I thought Joe did an amazing job and many of you might wonder why. I mean he was playing himself, right? But it was more than that, he showed his struggle and inner turmoil so well. It was so intimate and at times too intimate for me, but I still enjoyed it and I thought the lines were clean and well delivered. When he said things like, “I don’t know” you didn’t feel like they were fillers, rather he still to this day didn’t understand why he acted the way he did.

I also enjoyed the presence of Father Pete who never left the stage but sat in the background the entire time only to rise when he had to interact with Joe or his parents. This was very symbolic because it showed, by literally showing it, that Joe’s abuser was always present within his head.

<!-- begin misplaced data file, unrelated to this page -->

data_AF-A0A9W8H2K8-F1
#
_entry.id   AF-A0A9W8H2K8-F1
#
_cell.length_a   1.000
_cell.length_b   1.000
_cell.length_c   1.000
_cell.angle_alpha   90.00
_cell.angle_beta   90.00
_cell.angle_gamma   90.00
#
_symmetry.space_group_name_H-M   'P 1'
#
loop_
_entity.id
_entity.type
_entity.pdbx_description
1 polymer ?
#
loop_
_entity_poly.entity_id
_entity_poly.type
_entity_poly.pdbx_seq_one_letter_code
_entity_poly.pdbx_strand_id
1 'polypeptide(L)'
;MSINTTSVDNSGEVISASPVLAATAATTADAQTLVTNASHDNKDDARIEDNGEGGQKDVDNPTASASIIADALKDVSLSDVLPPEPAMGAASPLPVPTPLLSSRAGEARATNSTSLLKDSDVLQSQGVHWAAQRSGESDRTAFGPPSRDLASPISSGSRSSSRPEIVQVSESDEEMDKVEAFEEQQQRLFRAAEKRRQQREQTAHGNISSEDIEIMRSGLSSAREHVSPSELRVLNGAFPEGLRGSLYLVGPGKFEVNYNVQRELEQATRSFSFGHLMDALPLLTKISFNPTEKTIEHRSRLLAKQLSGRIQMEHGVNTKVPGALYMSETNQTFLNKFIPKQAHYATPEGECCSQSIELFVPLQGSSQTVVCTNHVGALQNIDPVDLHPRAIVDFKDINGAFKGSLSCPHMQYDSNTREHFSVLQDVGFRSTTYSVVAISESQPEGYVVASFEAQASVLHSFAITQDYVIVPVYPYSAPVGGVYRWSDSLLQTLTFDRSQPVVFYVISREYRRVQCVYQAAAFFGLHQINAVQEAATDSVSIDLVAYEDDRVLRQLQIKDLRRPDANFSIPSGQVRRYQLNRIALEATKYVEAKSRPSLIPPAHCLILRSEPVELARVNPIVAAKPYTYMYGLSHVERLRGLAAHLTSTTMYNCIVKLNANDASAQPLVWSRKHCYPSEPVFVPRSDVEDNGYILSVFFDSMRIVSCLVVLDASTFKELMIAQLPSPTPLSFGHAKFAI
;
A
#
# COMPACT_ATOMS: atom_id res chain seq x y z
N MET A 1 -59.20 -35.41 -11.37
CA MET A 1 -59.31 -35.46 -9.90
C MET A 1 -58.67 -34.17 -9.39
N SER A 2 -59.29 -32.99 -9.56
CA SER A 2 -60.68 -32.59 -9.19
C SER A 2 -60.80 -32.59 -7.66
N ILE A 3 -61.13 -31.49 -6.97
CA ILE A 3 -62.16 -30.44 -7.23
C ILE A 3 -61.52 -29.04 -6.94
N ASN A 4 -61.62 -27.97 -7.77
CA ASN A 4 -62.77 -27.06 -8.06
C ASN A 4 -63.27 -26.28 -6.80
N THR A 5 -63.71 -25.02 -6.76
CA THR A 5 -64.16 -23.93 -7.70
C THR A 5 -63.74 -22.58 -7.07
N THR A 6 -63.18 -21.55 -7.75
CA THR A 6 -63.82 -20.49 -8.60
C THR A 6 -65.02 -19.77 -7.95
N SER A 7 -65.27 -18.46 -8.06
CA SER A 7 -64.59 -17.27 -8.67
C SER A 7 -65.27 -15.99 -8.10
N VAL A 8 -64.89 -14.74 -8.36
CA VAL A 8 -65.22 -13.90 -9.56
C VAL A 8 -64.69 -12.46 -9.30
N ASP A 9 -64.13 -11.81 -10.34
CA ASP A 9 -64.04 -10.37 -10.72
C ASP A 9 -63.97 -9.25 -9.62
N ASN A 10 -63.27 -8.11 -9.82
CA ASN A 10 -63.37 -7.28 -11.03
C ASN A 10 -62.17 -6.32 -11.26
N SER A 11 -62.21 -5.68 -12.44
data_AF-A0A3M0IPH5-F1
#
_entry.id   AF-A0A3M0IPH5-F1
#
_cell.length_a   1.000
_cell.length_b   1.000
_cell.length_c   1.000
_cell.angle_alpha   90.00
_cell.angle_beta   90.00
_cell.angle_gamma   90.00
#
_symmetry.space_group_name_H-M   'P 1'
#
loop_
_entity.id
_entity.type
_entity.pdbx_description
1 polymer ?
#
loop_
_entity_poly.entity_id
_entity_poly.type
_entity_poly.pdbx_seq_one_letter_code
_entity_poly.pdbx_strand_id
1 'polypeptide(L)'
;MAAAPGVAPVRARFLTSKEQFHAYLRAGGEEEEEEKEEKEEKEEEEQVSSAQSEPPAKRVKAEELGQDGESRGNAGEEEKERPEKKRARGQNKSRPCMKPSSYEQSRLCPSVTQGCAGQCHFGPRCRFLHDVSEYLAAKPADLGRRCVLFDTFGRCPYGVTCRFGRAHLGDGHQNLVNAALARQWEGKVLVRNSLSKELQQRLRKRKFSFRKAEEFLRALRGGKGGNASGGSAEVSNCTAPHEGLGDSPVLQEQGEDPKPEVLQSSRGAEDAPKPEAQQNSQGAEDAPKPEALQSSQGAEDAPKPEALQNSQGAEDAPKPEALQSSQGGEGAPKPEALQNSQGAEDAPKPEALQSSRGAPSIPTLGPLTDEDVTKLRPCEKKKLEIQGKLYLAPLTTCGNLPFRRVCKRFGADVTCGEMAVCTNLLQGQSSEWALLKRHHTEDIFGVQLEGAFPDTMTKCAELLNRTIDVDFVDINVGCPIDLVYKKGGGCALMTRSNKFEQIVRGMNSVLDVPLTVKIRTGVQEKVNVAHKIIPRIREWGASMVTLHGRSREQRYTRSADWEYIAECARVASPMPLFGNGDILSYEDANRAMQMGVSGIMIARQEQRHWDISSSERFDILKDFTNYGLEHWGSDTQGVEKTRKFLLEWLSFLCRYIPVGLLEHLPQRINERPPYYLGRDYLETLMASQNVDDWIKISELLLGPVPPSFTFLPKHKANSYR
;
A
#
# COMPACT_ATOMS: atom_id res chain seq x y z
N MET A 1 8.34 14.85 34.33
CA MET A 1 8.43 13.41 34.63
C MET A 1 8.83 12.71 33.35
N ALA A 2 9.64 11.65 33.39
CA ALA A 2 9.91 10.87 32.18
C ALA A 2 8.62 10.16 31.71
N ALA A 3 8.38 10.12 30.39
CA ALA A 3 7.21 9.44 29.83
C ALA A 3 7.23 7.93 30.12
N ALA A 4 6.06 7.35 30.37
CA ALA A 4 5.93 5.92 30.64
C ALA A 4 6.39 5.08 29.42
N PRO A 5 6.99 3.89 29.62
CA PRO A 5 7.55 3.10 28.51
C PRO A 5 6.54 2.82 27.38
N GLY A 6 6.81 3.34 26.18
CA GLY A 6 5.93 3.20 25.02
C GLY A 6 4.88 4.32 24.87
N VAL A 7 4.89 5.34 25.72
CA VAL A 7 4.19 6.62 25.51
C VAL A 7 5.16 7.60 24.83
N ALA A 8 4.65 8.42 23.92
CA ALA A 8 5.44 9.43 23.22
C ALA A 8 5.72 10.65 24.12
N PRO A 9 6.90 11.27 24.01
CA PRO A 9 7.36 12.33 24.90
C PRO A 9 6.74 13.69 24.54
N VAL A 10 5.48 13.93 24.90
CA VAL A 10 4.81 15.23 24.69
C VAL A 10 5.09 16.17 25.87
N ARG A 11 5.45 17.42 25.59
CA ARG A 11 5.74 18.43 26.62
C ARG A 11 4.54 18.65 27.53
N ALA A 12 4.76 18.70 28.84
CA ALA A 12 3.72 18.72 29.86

Alfredo Diaz deserves mentioning in this because he was great. Constantly telling Joe what he was going to do or not do next and it appeared as though he was cause of all the mental anguish Joe was feeling over the event. He just played it so profoundly, telling the other voice to eff off and telling Joe exactly what he was going to do.

This play also appeared to be another way for Joe to come to terms with his abuse, allowing him to actually talk to the abuser and say things he was never able to say. It was extremely powerful and emotional to watch but it was totally worth it.

All in all, this play was excellent and I hope it returns for another round. The ending was superb and tear jerking. I was on the fence about this play because I have a very difficult time when it comes to child abuse but, despite this, I really enjoyed this play. I suggest that if this play is revived, you should see it. You won’t regret it.